Excerpts from the blog The latest iteration of Microsoft's XNA community-games program may be the most exciting yet for amateur game developers...
Excerpts from the blog
The latest iteration of Microsoft’s XNA community-games program may be the most exciting yet for amateur game developers, including college students around the world using the software in school.
Microsoft announced Tuesday at its Gamefest conference in Seattle that it will now sell community-developed games on Xbox Live and give developers 70 percent of the proceeds.
“We want to encourage as many people as possible to be creative, make a lot of content, put it through the system and make a lot of money,” Boyd Multerer, XNA general manager, said during his opening keynote with Chris Satchell, chief technical officer of Microsoft’s interactive entertainment business.
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Community games will be listed on the slick new Xbox Live interface debuting by this year’s holiday season. A handful of games will be highlighted on the “front page” of the section, in return for an additional 10 percent to 30 percent commission that Microsoft will charge.
The games will be sold at three price levels, using the Xbox Live point currency — 200 points, 400 points and 800 points.
Community Games will debut this fall in the U.S., Canada and a few European countries. Other countries will be added in 2009.
There are potentially thousands of games for the service. Microsoft said its XNA game-development tool kit has been downloaded more than 1 million times since it was released in 2006, and it’s now used in more than 700 universities.
Microsoft is also upgrading its Xbox.com Web site so gamers may peruse and buy games from a PC browser and have them automatically downloaded to their Xbox console.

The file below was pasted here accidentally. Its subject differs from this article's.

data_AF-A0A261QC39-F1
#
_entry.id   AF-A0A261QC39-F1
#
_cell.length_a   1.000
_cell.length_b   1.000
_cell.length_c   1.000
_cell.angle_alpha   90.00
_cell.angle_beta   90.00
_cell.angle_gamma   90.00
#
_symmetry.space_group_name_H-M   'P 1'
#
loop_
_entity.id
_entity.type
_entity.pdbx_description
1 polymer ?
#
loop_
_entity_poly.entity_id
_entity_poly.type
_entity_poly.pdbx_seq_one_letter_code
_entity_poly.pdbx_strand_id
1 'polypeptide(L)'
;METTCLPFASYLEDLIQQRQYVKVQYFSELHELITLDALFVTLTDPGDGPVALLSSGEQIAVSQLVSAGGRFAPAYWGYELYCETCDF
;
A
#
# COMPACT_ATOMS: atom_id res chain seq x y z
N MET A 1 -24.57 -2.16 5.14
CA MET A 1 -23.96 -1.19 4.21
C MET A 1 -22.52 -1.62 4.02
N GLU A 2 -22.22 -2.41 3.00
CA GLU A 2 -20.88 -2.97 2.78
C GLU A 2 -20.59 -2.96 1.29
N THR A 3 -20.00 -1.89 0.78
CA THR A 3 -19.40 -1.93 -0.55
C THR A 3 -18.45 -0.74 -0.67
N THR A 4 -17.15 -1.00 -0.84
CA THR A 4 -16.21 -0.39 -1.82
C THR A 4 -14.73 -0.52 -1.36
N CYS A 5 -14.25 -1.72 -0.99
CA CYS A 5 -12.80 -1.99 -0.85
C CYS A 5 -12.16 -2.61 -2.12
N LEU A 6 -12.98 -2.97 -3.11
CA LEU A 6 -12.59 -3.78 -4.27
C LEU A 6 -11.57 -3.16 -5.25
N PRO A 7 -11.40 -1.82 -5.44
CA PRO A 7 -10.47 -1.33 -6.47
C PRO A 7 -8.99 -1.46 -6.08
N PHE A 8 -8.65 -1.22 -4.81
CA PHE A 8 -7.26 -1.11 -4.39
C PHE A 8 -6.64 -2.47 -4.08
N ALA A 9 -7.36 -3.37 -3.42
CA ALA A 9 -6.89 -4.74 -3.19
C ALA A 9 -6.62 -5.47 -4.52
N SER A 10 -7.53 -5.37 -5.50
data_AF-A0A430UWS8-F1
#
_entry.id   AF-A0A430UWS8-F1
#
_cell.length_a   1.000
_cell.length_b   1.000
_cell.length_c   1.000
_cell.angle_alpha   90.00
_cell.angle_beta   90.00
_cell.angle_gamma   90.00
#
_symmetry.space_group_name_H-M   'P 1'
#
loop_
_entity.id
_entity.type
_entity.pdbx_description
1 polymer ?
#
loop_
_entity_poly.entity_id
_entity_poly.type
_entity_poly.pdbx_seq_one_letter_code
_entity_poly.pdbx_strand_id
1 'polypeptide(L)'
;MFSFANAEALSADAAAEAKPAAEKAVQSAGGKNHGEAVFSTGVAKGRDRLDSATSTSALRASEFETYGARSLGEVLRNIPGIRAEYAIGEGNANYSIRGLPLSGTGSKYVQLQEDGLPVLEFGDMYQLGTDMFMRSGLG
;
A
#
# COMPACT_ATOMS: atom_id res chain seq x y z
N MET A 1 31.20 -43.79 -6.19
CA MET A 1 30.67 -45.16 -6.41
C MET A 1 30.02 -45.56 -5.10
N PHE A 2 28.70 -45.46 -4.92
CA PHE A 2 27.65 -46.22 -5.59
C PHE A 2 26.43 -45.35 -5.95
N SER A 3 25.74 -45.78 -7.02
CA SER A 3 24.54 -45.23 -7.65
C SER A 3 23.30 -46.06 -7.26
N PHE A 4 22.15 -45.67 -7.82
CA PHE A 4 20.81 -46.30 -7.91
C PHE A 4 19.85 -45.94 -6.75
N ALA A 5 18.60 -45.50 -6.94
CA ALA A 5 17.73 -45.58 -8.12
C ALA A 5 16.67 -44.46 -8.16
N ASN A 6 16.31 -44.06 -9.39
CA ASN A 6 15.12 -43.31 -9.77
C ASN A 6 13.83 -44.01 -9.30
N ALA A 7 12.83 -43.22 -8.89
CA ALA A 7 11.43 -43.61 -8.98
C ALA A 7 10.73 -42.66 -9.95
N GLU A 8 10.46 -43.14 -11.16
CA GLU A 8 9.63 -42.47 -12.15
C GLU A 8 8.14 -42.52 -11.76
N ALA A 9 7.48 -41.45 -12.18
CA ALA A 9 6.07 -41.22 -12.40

Satchell also talked about Microsoft’s efforts to boost PC gaming, and announced that Microsoft plans to offer free multiplayer gaming on the Live gaming service for Windows.
That gives PC players the equivalent of gold-level Xbox Live service, with no charge.
Video-game industry likely to grow
Video-game software and hardware are getting more expensive, but the industry should keep growing despite the recession, NPD analyst Mike Klotz said during a Gamefest presentation.
Last year the average retail prices increased 15 percent for game hardware and 16 percent for game software, he said.
Overall game sales at retail totaled $19 billion, closing in on retail sales of toys ($22 billion last year) and home videos ($24 billion). Left in the dust are movie tickets, which totaled $10 billion last year, and music sales, at $11 billion.
Klotz also noted that the huge opening weekend for the latest Batman movie — $155 million for “The Dark Knight” — pales next to $300 million opening-day sales of “Grand Theft Auto IV.”
NPD thinks “recessions have little effect on video-game sales,” Klotz said.
One reason is that games are still a relatively inexpensive form of entertainment. With games becoming more social, families may opt for games they can play together again and again, he said.
Klotz was bullish on sales of games for handhelds, such as the Nintendo DS and Sony PSP, noting that they have a higher installed base than the current generation of consoles, the Xbox 360, Wii and PlayStation 3.
Yet the best-selling console since November 2005 has continued to be Sony’s aging PlayStation 2, showing that, on average, people still favor smaller and less-expensive video-game hardware.
Klotz expects PS3 sales to “show continued strong growth,” but he said the growth won’t necessarily come from people who previously owned PS2s.
“They’re actually more attracted to the Wii so far and even to the 360,” he said.
This material has been edited for print publication.
Brier Dudley’s blog appears Thursdays. Reach him at 206-515-5687 or firstname.lastname@example.org.